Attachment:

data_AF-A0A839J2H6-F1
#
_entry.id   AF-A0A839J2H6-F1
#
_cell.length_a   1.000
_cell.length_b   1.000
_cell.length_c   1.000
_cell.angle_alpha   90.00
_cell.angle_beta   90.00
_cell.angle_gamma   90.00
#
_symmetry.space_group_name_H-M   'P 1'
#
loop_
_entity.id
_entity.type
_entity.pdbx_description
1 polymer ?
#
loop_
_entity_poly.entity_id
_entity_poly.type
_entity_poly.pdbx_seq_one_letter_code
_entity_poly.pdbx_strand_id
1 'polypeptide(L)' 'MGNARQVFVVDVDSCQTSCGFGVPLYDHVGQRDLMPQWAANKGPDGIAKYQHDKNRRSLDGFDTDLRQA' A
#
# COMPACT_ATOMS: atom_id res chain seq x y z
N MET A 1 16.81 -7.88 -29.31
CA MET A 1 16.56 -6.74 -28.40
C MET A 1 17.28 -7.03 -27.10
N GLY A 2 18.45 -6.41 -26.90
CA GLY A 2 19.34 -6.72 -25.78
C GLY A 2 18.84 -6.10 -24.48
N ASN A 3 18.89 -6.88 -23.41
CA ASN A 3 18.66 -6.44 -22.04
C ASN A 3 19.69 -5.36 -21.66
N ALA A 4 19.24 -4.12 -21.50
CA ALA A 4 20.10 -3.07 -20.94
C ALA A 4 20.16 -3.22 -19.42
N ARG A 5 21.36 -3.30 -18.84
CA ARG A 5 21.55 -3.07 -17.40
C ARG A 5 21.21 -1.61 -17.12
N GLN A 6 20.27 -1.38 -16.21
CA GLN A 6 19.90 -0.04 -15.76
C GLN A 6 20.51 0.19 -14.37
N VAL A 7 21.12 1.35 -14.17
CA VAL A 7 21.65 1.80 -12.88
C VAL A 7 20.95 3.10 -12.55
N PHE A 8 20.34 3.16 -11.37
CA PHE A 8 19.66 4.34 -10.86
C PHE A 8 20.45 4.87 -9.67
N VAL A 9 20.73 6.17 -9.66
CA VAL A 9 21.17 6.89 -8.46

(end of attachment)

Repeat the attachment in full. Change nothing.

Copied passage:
data_AF-A0A839J2H6-F1
#
_entry.id   AF-A0A839J2H6-F1
#
_cell.length_a   1.000
_cell.length_b   1.000
_cell.length_c   1.000
_cell.angle_alpha   90.00
_cell.angle_beta   90.00
_cell.angle_gamma   90.00
#
_symmetry.space_group_name_H-M   'P 1'
#
loop_
_entity.id
_entity.type
_entity.pdbx_description
1 polymer ?
#
loop_
_entity_poly.entity_id
_entity_poly.type
_entity_poly.pdbx_seq_one_letter_code
_entity_poly.pdbx_strand_id
1 'polypeptide(L)' 'MGNARQVFVVDVDSCQTSCGFGVPLYDHVGQRDLMPQWAANKGPDGIAKYQHDKNRRSLDGFDTDLRQA' A
#
# COMPACT_ATOMS: atom_id res chain seq x y z
N MET A 1 16.81 -7.88 -29.31
CA MET A 1 16.56 -6.74 -28.40
C MET A 1 17.28 -7.03 -27.10
N GLY A 2 18.45 -6.41 -26.90
CA GLY A 2 19.34 -6.72 -25.78
C GLY A 2 18.84 -6.10 -24.48
N ASN A 3 18.89 -6.88 -23.41
CA ASN A 3 18.66 -6.44 -22.04
C ASN A 3 19.69 -5.36 -21.66
N ALA A 4 19.24 -4.12 -21.50
CA ALA A 4 20.10 -3.07 -20.94
C ALA A 4 20.16 -3.22 -19.42
N ARG A 5 21.36 -3.30 -18.84
CA ARG A 5 21.55 -3.07 -17.40
C ARG A 5 21.21 -1.61 -17.12
N GLN A 6 20.27 -1.38 -16.21
CA GLN A 6 19.90 -0.04 -15.76
C GLN A 6 20.51 0.19 -14.37
N VAL A 7 21.12 1.35 -14.17
CA VAL A 7 21.65 1.80 -12.88
C VAL A 7 20.95 3.10 -12.55
N PHE A 8 20.34 3.16 -11.37
CA PHE A 8 19.66 4.34 -10.86
C PHE A 8 20.45 4.87 -9.67
N VAL A 9 20.73 6.17 -9.66
CA VAL A 9 21.17 6.89 -8.46